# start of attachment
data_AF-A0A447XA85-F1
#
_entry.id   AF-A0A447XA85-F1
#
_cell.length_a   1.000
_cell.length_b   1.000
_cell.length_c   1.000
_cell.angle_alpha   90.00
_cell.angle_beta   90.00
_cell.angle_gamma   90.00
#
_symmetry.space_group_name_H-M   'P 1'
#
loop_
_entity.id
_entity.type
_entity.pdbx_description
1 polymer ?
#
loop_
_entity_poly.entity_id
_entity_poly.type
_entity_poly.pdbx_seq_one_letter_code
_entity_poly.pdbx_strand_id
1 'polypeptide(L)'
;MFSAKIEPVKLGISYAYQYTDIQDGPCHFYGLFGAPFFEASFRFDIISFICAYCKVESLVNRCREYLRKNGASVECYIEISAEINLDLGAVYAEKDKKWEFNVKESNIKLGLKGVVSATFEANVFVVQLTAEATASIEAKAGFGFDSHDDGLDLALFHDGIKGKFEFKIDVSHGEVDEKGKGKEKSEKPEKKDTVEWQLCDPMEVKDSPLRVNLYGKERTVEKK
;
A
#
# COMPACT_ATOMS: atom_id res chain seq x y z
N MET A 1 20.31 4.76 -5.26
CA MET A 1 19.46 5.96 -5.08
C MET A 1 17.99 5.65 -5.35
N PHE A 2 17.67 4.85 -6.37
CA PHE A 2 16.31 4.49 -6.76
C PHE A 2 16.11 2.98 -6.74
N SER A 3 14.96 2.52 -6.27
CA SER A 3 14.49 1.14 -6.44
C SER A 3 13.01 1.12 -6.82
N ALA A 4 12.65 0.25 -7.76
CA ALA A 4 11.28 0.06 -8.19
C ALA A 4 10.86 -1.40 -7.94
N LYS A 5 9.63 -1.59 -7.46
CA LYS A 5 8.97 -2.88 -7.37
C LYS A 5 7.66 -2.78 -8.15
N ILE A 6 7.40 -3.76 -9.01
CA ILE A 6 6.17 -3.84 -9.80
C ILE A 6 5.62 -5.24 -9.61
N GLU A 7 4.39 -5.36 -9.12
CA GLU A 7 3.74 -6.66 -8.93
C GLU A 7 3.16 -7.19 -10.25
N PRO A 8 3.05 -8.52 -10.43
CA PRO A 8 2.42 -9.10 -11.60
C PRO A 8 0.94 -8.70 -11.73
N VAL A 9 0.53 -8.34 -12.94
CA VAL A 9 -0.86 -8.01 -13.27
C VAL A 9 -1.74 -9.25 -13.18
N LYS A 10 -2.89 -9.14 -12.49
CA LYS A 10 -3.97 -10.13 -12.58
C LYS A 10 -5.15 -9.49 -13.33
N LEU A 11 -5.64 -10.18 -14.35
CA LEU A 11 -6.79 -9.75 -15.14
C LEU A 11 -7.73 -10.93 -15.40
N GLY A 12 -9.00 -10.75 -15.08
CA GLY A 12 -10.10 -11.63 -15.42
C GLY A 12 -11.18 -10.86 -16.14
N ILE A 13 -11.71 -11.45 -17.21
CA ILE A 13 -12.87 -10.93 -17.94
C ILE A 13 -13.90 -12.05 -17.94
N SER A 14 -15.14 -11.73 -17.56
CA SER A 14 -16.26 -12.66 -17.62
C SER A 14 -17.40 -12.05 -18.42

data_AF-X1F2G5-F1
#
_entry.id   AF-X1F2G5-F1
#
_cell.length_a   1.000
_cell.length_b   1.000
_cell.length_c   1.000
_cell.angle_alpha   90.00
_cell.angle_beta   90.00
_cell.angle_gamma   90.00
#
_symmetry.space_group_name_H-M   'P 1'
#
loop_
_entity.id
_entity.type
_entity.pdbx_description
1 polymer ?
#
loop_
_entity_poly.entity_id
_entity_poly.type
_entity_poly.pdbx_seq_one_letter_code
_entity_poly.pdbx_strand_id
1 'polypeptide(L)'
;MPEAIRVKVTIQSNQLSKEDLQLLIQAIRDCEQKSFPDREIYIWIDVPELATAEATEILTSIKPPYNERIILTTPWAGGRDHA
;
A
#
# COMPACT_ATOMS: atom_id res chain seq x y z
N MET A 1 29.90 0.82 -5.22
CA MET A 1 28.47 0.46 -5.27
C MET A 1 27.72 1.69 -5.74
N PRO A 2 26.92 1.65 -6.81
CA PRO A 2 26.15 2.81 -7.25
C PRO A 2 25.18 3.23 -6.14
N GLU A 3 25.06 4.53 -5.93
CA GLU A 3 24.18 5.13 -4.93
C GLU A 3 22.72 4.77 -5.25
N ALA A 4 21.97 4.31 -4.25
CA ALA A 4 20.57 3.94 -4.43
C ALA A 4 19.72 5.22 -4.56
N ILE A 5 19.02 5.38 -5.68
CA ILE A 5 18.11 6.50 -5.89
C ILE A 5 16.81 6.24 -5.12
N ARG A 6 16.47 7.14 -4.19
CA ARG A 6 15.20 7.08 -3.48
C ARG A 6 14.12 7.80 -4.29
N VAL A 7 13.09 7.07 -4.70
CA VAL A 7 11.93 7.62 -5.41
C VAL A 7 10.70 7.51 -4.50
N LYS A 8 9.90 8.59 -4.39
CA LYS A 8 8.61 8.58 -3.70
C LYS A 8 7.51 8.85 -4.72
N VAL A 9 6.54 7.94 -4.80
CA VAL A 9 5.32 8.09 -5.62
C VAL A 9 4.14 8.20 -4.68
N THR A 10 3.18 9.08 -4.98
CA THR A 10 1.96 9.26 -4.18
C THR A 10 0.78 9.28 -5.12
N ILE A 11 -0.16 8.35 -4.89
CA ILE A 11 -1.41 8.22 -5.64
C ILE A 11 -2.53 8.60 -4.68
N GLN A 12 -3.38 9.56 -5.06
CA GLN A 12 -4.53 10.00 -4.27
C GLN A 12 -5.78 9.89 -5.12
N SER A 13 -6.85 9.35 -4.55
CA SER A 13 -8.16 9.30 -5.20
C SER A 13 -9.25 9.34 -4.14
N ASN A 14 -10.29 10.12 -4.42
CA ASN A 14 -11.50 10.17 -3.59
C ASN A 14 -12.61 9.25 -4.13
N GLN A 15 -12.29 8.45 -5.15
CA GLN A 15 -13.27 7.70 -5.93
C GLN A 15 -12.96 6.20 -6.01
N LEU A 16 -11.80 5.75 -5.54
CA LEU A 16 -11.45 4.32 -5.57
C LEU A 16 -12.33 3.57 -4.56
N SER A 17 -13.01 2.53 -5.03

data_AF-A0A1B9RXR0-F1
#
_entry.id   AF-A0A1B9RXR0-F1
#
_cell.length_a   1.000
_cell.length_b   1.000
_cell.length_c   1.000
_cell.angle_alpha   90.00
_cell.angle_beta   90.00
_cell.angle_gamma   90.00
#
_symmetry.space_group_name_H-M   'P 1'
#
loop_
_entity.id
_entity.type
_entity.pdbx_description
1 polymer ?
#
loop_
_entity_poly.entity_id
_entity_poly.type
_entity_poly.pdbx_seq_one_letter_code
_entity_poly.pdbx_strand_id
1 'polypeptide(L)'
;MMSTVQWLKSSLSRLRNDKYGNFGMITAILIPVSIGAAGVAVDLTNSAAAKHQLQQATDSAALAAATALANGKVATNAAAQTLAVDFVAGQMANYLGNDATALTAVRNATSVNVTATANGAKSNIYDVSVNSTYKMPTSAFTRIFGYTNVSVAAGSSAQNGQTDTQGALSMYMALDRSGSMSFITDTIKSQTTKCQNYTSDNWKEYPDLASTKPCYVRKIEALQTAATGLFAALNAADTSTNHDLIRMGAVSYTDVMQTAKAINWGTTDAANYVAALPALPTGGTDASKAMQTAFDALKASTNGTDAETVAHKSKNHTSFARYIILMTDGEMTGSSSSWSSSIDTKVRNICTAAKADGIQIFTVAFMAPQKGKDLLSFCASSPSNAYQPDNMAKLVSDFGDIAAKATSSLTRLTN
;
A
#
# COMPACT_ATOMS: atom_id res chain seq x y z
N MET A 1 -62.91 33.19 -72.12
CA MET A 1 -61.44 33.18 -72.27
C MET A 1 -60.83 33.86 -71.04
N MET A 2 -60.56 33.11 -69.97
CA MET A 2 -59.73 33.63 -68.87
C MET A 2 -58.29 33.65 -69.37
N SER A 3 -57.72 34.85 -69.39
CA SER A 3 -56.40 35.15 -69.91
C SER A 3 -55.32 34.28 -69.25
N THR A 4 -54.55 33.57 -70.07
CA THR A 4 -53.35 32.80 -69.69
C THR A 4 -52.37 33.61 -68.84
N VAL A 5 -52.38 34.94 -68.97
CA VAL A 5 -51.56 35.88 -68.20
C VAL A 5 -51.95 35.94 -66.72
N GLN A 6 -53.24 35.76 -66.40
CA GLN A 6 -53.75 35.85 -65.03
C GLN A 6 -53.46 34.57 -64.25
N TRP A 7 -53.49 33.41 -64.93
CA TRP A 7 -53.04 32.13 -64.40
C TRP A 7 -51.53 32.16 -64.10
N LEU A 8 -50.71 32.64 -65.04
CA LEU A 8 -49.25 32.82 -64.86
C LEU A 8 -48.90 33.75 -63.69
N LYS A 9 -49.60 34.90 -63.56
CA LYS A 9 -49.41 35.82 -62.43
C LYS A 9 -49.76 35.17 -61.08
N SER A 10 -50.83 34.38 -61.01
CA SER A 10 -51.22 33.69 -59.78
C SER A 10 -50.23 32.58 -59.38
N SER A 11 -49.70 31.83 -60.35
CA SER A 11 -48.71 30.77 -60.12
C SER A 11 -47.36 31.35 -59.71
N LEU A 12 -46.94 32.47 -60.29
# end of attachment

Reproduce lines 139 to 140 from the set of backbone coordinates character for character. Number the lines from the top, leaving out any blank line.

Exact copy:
N SER A 13 -6.85 9.35 -4.55
CA SER A 13 -8.16 9.30 -5.20